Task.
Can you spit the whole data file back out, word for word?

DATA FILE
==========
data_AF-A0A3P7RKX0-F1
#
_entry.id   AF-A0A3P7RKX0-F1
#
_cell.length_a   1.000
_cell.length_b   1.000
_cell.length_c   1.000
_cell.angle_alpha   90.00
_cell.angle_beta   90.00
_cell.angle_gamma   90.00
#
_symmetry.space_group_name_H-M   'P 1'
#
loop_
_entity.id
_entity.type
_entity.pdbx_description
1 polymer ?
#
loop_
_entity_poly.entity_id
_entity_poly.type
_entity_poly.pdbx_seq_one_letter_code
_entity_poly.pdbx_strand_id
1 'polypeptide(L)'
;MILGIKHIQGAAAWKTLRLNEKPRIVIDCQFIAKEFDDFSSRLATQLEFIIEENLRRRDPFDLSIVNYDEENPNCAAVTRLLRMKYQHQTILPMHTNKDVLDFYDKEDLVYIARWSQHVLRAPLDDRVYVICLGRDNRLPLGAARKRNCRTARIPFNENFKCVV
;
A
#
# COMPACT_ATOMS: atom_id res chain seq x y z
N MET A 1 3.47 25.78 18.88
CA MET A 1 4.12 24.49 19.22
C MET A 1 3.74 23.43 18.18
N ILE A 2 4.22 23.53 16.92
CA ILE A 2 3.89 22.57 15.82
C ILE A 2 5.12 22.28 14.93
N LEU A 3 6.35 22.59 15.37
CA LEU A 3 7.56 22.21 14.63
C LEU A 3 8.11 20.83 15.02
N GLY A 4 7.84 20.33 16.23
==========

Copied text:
data_AF-A0A3P7RKX0-F1
#
_entry.id   AF-A0A3P7RKX0-F1
#
_cell.length_a   1.000
_cell.length_b   1.000
_cell.length_c   1.000
_cell.angle_alpha   90.00
_cell.angle_beta   90.00
_cell.angle_gamma   90.00
#
_symmetry.space_group_name_H-M   'P 1'
#
loop_
_entity.id
_entity.type
_entity.pdbx_description
1 polymer ?
#
loop_
_entity_poly.entity_id
_entity_poly.type
_entity_poly.pdbx_seq_one_letter_code
_entity_poly.pdbx_strand_id
1 'polypeptide(L)'
;MILGIKHIQGAAAWKTLRLNEKPRIVIDCQFIAKEFDDFSSRLATQLEFIIEENLRRRDPFDLSIVNYDEENPNCAAVTRLLRMKYQHQTILPMHTNKDVLDFYDKEDLVYIARWSQHVLRAPLDDRVYVICLGRDNRLPLGAARKRNCRTARIPFNENFKCVV
;
A
#
# COMPACT_ATOMS: atom_id res chain seq x y z
N MET A 1 3.47 25.78 18.88
CA MET A 1 4.12 24.49 19.22
C MET A 1 3.74 23.43 18.18
N ILE A 2 4.22 23.53 16.92
CA ILE A 2 3.89 22.57 15.82
C ILE A 2 5.12 22.28 14.93
N LEU A 3 6.35 22.59 15.37
CA LEU A 3 7.56 22.21 14.63
C LEU A 3 8.11 20.83 15.02
N GLY A 4 7.84 20.33 16.23